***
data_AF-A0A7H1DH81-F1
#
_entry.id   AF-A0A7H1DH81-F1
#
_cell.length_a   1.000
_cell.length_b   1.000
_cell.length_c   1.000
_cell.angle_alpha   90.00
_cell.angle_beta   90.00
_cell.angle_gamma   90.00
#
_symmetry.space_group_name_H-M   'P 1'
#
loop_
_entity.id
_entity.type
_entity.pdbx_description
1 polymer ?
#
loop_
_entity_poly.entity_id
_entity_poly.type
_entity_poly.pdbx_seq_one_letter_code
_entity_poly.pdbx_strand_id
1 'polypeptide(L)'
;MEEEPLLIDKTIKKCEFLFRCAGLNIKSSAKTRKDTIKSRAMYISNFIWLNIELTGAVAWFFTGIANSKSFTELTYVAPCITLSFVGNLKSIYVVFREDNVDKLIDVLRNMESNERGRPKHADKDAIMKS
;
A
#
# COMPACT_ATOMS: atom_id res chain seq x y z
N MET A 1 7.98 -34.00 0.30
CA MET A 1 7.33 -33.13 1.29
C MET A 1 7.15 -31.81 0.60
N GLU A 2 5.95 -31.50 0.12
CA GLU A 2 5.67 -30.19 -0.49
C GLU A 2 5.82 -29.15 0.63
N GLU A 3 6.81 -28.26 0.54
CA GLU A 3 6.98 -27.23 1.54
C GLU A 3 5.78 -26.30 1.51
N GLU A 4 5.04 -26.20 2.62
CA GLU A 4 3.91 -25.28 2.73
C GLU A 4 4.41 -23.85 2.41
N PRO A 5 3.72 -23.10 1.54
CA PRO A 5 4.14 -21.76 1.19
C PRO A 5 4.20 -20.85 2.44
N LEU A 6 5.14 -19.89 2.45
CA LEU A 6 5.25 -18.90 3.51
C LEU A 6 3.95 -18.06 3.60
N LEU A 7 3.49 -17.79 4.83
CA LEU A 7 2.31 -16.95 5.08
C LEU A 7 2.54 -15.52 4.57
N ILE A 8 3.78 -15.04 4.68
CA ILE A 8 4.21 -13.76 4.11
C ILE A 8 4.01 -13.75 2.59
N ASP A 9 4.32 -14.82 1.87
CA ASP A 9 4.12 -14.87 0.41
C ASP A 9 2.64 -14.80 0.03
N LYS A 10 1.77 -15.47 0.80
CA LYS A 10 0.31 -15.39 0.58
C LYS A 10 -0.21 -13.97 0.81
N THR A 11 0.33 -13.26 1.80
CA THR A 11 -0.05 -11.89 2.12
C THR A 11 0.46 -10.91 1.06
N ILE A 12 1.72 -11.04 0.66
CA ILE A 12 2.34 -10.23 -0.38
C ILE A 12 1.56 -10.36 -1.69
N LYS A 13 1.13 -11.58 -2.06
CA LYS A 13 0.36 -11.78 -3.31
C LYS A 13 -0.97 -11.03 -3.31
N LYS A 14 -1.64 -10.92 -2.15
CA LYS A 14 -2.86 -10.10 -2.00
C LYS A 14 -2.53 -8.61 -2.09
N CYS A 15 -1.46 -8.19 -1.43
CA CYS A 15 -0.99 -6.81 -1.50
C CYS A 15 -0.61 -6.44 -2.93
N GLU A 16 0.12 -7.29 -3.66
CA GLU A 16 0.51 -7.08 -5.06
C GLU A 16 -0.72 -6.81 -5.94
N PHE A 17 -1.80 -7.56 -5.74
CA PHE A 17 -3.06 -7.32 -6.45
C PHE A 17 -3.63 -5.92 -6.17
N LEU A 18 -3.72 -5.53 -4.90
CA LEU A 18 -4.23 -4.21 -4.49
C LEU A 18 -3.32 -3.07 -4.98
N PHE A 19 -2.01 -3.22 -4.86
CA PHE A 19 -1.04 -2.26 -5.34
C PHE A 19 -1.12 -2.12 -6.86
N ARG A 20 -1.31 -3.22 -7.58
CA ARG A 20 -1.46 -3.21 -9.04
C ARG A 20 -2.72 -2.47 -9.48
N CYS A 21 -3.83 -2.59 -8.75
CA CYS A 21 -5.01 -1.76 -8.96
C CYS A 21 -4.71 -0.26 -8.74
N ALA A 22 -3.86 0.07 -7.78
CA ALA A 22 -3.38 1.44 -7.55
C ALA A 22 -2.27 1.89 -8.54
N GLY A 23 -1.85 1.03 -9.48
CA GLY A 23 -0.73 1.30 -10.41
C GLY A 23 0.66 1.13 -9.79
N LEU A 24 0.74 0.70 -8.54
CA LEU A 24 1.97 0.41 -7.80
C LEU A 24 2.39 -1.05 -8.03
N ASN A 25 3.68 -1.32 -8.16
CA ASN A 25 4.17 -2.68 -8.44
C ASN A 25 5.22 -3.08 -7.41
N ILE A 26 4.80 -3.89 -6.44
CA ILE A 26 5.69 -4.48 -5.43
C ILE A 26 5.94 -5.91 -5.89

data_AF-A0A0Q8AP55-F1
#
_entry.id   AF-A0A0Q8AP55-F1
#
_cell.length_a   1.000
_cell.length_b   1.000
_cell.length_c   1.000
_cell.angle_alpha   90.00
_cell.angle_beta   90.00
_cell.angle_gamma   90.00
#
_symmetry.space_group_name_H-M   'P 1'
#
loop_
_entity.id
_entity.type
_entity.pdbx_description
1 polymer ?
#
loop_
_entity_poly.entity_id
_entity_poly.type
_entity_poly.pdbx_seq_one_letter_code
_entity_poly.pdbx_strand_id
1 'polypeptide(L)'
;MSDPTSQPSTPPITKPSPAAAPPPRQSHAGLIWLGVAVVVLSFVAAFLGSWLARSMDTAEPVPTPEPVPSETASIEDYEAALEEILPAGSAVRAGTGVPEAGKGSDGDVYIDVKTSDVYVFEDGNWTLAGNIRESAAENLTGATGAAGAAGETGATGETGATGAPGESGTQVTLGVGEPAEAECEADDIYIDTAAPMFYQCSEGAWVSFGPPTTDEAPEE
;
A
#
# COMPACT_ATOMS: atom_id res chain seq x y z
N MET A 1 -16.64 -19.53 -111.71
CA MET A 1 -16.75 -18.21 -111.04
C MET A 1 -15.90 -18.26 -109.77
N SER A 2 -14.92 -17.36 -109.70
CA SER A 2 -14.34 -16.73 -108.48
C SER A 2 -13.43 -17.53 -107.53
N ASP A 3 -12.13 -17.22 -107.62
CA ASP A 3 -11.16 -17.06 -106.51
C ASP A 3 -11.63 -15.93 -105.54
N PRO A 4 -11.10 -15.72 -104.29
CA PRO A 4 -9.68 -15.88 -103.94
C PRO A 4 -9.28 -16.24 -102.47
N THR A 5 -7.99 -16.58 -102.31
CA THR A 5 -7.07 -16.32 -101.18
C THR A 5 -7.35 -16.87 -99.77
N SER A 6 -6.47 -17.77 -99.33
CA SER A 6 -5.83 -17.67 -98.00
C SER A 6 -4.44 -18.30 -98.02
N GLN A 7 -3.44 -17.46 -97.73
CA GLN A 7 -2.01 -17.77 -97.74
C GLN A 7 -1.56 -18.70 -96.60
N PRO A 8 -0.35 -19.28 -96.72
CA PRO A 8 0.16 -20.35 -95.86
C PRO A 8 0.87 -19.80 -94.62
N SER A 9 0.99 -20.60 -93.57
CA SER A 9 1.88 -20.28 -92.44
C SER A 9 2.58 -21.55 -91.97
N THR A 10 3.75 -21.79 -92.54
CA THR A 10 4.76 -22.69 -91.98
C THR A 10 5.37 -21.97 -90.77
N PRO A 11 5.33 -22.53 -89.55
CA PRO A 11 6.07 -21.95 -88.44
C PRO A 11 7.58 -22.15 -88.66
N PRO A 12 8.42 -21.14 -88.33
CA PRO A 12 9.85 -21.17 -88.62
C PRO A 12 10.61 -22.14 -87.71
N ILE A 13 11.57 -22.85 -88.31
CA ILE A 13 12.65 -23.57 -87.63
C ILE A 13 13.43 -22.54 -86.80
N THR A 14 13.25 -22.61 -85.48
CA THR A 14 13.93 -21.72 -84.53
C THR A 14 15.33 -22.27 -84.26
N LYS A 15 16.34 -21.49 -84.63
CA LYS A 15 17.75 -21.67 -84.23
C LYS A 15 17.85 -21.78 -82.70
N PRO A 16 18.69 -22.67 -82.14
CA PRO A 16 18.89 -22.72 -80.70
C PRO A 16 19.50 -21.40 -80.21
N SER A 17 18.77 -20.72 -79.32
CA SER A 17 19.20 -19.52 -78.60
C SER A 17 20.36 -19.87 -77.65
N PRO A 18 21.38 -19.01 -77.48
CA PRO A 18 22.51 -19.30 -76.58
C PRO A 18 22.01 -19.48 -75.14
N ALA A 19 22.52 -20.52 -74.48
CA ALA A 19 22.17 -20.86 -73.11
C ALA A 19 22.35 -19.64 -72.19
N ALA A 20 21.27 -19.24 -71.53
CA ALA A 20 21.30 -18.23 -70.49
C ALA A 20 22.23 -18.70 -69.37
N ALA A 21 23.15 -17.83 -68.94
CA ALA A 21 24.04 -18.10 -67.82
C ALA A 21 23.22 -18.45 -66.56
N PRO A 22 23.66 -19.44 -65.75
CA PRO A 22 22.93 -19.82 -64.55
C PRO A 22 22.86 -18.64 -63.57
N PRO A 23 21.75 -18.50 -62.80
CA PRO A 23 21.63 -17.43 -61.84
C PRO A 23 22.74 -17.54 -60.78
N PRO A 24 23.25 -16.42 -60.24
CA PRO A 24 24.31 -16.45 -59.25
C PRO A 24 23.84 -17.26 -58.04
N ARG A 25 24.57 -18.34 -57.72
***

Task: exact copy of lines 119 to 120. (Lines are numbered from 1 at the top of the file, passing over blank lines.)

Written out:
#
_symmetry.space_group_name_H-M   'P 1'